Certain things have been gained with the digital revolution where music is concerned. But some things have been lost, too. I miss two things. 1) That tactile sense of holding an LP, reading the liner notes, staring at album cover art groovy enough for framing. 2) As the number of record stores continue to dwindle, the face-to-face interaction with other folks interested in music is disappearing. And I think that’s a shame. (Yeah, I know, you can find folks with similar musical tastes online, but it isn’t the same, really, than, you know, leaving your house and talking to someone.)

So, to honor Record Store Day and the interactions that happen in such establishments, I put together the following blog-only clip from footage Wolfgang Held shot at Hyde Park Records in Chicago, when we first met Robert Darden. Mine is the low voice you hear in the beginning, talking about the Redd Foxx LP being displayed above the gospel section, “the sacred and profane in one eyeful.”

Big thanks to Redd Foxx and the wonderful customer for making this pretty special. I hope you like it. And why not celebrate the day by going to your local record store and taking part in the festivities. I understand many of you ditched your turntables, so maybe you can buy a cd while you’re there. [Do people still have CD players.]

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So, what was the last CD/LP/45 you bought?

Click here to view a clip from the documentary, A Life’s Work (work in progress), featuring more footage shot in HPR.

Artist Rita Flores, who was one of my co-workers all those years ago, today coincidentally posted a piece about the joys of record stores on her blog, Through the Lava Lamp.

Back to Arcosanti

Many years ago I worked in a record store  where I spent a lot of my time flipping through the inventory to see what I was missing. One day I came across an LP I had not seen before.

Sound Effects Death & Horror
Front cover.


Sound Effects Death & Horror
Track listing on back.


At the time I thought this was the funniest, cheesiest, most bizarre album I had ever seen. I wasn’t making films or audio dramas and I did not foresee any use for it, but still I had to have it. Plus, it was cheap, what with my employee discount and all. I brought it up to the cashier and with a laugh I said to whoever rang me up, “Who would BUY this?” As I took the money out of my wallet a lightening bolt of self-awareness struck me! I would buy it, that’s who!

Flash forward about 20 years and the release of Werner Herzog’s Rescue Dawn, a film he shot in the jungles of Thailand.  At this point I am an admirer of Herzog and am particularly captivated by Fitzcarraldo and its companion, Les Blank’s Burden of Dreams, a documentary chronicling the making of Fitzcarraldo. For the purposes of this post, you need only know that Herzog had a very difficult time shooting this film on location in the Amazon jungle.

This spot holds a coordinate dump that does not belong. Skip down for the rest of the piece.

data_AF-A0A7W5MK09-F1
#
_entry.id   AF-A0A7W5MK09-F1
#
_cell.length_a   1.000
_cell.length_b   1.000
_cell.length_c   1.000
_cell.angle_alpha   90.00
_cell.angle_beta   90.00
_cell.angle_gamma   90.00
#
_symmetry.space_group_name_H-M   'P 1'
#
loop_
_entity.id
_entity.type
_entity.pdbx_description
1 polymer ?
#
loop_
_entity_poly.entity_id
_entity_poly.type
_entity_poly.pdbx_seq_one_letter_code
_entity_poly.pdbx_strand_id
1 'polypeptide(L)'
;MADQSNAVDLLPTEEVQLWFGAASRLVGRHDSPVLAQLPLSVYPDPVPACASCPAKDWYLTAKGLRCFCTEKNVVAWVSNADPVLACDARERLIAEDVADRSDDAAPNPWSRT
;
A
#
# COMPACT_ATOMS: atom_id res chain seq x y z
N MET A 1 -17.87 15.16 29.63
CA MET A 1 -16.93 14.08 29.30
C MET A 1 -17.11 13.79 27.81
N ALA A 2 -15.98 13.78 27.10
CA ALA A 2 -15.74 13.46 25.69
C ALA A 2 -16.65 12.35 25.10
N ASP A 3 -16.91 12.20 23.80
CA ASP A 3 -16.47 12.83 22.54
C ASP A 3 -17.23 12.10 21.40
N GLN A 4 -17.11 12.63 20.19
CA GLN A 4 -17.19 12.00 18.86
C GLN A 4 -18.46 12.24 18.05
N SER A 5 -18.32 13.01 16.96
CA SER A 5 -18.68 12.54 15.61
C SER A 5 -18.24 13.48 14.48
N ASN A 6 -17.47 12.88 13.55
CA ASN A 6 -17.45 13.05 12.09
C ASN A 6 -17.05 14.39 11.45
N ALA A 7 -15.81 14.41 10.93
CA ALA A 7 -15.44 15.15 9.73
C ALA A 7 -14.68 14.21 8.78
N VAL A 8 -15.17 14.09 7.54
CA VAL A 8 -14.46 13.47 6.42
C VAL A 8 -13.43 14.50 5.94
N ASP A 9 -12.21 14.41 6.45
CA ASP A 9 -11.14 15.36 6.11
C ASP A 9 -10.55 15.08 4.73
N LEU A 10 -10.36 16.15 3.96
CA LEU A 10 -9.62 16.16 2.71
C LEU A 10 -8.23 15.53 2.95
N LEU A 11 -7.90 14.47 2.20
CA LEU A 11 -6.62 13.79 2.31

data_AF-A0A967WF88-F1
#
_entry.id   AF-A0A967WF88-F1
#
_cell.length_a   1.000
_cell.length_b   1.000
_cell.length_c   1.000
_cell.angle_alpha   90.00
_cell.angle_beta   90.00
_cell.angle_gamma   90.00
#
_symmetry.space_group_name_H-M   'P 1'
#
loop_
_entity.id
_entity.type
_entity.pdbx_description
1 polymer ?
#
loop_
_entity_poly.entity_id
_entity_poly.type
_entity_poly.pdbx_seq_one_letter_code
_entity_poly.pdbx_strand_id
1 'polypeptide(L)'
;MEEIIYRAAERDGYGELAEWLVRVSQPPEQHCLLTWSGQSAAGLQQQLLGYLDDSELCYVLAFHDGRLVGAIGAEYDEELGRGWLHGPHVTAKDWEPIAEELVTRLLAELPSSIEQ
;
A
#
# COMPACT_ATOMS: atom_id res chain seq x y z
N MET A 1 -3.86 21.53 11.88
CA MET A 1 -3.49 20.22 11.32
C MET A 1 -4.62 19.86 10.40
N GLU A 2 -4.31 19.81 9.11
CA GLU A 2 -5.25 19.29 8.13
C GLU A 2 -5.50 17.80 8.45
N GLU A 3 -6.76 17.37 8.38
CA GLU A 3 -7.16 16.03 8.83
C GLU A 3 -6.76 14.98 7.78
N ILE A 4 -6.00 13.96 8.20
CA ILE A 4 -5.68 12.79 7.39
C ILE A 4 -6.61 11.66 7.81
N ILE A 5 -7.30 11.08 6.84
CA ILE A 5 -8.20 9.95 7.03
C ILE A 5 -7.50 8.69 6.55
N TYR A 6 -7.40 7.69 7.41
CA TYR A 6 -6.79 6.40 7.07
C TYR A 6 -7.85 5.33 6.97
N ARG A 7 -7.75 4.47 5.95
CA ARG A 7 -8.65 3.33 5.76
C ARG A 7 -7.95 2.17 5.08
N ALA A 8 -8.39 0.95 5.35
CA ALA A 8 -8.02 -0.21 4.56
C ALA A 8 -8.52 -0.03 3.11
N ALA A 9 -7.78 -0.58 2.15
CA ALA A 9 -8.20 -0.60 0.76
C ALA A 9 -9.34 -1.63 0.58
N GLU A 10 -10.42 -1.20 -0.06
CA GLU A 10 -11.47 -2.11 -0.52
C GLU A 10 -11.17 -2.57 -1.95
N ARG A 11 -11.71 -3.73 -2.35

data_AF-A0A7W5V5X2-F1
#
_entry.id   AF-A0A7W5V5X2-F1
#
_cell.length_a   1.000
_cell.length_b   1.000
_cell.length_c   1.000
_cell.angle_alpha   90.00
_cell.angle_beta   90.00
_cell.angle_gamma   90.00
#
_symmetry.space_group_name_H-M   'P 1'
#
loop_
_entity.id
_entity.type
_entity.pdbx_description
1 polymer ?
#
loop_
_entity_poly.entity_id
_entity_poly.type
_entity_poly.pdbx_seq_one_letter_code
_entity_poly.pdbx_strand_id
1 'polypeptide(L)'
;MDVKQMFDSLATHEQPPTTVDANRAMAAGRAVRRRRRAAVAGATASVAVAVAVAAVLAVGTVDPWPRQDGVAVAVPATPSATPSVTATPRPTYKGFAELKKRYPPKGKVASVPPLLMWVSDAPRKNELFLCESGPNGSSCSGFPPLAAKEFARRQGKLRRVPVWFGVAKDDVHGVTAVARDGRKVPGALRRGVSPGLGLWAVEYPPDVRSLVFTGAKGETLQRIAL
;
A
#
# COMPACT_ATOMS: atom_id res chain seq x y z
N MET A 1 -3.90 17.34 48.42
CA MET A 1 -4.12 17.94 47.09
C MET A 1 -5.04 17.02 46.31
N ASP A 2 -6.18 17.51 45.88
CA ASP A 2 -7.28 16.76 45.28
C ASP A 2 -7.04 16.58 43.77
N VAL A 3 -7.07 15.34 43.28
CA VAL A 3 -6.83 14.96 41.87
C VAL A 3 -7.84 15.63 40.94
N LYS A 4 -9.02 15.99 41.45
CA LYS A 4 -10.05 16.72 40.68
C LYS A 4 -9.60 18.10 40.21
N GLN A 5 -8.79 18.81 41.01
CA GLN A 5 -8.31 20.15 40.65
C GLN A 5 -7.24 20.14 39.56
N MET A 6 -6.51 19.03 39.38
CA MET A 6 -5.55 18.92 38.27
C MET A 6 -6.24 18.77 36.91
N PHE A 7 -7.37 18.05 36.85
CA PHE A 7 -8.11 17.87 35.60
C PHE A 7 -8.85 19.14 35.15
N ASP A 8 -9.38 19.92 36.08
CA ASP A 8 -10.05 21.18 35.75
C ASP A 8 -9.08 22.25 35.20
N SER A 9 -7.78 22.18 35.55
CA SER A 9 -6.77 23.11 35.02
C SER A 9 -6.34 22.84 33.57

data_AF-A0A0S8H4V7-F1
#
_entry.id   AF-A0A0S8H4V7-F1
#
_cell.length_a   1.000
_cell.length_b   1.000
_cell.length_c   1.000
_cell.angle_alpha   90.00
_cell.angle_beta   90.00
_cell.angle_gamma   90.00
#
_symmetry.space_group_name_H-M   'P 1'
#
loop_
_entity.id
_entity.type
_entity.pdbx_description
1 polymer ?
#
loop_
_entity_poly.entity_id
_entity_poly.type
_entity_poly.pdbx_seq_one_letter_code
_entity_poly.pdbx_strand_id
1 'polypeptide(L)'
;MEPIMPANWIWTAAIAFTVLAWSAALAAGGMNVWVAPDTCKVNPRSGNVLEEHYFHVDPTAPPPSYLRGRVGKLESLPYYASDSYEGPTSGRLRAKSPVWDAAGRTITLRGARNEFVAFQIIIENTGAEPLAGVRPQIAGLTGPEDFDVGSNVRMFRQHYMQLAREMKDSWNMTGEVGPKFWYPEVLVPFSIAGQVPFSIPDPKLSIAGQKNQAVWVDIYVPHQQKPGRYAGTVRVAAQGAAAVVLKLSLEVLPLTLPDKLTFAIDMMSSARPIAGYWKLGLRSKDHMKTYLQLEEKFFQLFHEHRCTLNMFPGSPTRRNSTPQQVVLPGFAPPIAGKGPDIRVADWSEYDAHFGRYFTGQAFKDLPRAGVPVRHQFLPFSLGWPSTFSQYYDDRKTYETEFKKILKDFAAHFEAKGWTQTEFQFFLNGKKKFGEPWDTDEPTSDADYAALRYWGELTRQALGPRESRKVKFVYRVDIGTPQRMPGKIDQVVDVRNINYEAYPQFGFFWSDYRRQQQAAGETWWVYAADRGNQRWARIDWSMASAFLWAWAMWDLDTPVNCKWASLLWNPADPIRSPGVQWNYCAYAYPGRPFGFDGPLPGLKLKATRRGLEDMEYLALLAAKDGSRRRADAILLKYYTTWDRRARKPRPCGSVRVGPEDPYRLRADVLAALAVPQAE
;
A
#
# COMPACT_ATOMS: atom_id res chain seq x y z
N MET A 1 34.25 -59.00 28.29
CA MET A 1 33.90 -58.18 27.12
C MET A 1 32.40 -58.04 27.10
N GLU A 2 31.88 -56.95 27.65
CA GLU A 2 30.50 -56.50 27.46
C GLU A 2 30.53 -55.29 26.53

Here’s a famous clip from Burden of Dreams wherein Herzog goes all Herzogian about the Amazon.

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Leaving the theater after Rescue Dawn, I turned to my movie-going companion and said, “It’s amazing, Herzog finally gets a decent budget and big name Hollywood actors, and what does he do? Right back into the jungle! Crazy.”

And last month I thought about what I had said as I booked a flight to Arizona upon receiving news about my income tax refund. So tomorrow (Tuesday, April 14, 2015),  cinematographer Andy Bowley and I will be back in the Sonoran Desert shooting Arcosanti and conducting a follow-up interview with Jeff Stein, AIA, successor to Paolo Soleri and president of the Cosanti Foundation. I know, I know, I’ve said production is over about ten times. But this is it. This shoot is for the ending of the film and very very necessary. So to the desert we go.

I expect they’ll be a post when I return, maybe some photos, and eventually some footage, too.

Stay tuned.

New Writing: Practice, Practice in Helen Literary Magazine

I’m pleased to announce that I have a new piece of nonfiction, Practice, Practice, on Helen Literary Magazine’s blog. It’s about the things we pick up and hold dear when we’re young that we let go of when we’re a little older, and then return to when we’re older still. In Practice, Practice that thing is the guitar.

guitar grabThe post also includes a link to me playing a piece which, if you’re a regular reader of this blog, you may have seen before. And if you’re a regular reader with a good memory and you spent a few minutes reading the piece, you may recall a post called From Guitars to Typewriters and Cameras. That post was the starting point of Practice, Practice, but it didn’t address why I picked up guitar again and how my relationship to the instrument has changed.

If you have a few minutes, consider giving it a read, and if you have even more minutes at your disposal drop me a line and let me know what you think.

Thanks to Audrey Ward for giving it an early read, Caroline Wright for helping to bring the idea of “practice” into focus, and Meredith Miller for the super insightful comments. And thanks again to Peter LaMastro for shooting the video and taking the photo above.

More writing links here.





Tourist Eyes – Jeff Stein, AIA

I recently emailed an update on A Life’s Work to Jeff Stein, AIA, president of the Cosanti Foundation.

Part of his reply was the following —

PS: I gave a presentation at a recent AIA/American Institute of Architects convention in Santa Fe. I rode my motorcycle there Thursday, talk and panel discussion Friday and Saturday, back to Arcosanti on Sunday. On the return trip I dodged storms to the south until in the late afternoon I turned off Interstate 17 onto the Arcosanti road, and here was the view: a double rainbow.

and this image —

Photo by Jeff Stein
Photo by Jeff Stein, AIA


Thanks for sharing, Jeff, and allowing me to post it here. Hope to see you in April.

Related: Six Questions for Jeff Stein

Happy New Year!

I do believe this is the year A Life’s Work will be completed. You read it here first.

I look forward to sharing it with you.

In the meantime, Happy New Year to you, you, you, and especially YOU!

Happy New Year 2015


A documentary about people engaged with projects they may not complete in their lifetimes.